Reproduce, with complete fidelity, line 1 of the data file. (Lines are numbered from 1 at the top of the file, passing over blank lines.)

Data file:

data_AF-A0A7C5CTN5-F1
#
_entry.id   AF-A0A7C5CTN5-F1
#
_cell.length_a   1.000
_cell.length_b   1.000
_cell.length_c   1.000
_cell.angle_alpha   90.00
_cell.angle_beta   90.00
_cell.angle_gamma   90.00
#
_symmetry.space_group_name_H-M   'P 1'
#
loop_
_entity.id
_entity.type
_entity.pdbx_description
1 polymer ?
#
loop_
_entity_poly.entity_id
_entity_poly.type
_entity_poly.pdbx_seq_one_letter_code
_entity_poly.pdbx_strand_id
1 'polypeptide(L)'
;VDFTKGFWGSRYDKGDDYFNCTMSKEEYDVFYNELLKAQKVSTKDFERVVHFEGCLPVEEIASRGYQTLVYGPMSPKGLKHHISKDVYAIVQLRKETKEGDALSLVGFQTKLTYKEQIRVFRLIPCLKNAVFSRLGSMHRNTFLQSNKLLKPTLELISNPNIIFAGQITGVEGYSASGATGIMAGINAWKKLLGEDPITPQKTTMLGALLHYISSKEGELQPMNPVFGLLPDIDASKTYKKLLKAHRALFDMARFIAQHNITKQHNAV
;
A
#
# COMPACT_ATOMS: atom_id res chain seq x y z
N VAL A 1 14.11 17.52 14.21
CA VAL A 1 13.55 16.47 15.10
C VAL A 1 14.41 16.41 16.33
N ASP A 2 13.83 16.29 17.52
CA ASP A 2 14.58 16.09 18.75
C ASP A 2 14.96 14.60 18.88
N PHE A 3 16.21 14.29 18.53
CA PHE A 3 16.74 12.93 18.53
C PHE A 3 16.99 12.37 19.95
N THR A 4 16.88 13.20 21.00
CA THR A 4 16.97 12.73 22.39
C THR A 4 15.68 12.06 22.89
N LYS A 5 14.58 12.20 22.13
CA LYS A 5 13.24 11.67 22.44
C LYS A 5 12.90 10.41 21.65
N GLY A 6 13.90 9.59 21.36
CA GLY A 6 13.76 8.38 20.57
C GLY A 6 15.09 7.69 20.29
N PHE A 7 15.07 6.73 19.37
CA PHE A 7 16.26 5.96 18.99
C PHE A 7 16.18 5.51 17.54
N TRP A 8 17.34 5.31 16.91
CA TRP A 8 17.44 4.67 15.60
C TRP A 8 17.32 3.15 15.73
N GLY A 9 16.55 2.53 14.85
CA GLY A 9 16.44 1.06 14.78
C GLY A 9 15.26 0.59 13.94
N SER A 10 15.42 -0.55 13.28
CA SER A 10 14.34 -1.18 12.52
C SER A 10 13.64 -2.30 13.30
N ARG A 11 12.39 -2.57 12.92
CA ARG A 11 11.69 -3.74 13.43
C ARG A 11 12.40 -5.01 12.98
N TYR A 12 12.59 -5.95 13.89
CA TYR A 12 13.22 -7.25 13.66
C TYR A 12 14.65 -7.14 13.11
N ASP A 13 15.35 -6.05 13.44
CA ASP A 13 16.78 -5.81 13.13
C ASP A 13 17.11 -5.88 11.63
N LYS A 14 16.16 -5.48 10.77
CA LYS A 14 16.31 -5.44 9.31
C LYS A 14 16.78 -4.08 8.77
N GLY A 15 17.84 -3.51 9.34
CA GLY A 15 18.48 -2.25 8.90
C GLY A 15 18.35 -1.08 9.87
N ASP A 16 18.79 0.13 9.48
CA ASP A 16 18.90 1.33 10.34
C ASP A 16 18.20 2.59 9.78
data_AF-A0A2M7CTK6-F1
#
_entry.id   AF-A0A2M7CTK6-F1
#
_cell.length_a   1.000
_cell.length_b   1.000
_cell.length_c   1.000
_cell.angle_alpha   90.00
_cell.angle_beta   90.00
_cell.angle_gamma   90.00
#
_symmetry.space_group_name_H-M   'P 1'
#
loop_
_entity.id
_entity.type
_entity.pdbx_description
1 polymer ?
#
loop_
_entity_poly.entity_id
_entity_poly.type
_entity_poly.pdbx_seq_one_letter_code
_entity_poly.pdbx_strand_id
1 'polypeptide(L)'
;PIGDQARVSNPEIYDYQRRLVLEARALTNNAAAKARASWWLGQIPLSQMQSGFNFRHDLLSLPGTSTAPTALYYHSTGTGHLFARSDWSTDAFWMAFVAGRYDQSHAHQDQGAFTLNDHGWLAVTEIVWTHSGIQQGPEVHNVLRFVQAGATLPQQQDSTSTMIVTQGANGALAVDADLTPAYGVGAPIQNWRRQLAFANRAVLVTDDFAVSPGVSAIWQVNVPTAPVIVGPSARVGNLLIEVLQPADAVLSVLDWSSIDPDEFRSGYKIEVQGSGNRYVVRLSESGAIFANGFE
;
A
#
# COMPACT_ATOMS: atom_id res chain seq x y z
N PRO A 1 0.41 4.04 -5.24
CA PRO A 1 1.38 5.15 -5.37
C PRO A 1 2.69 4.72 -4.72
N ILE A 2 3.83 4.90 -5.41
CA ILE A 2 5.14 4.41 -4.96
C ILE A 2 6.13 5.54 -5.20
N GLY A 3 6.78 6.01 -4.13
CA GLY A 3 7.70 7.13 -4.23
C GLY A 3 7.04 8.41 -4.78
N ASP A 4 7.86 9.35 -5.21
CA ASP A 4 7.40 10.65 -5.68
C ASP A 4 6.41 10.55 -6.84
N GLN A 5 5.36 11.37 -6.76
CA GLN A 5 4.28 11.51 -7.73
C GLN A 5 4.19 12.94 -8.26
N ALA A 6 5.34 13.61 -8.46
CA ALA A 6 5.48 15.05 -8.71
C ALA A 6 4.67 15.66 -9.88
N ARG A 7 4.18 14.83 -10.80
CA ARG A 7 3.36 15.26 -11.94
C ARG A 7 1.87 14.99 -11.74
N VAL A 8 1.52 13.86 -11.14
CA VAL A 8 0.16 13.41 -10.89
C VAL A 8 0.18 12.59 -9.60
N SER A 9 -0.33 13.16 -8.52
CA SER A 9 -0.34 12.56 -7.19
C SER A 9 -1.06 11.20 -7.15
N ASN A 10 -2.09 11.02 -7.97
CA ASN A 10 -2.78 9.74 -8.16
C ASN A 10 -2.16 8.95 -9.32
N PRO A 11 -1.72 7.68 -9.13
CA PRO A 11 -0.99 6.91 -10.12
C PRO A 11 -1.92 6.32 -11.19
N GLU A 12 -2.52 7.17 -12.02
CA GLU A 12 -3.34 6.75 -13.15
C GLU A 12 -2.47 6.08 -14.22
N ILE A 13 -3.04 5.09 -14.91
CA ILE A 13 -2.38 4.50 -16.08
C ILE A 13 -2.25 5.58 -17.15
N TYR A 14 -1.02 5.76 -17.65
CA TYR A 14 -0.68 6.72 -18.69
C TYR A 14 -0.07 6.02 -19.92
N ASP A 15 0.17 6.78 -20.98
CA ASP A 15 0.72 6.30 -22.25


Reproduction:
data_AF-A0A7C5CTN5-F1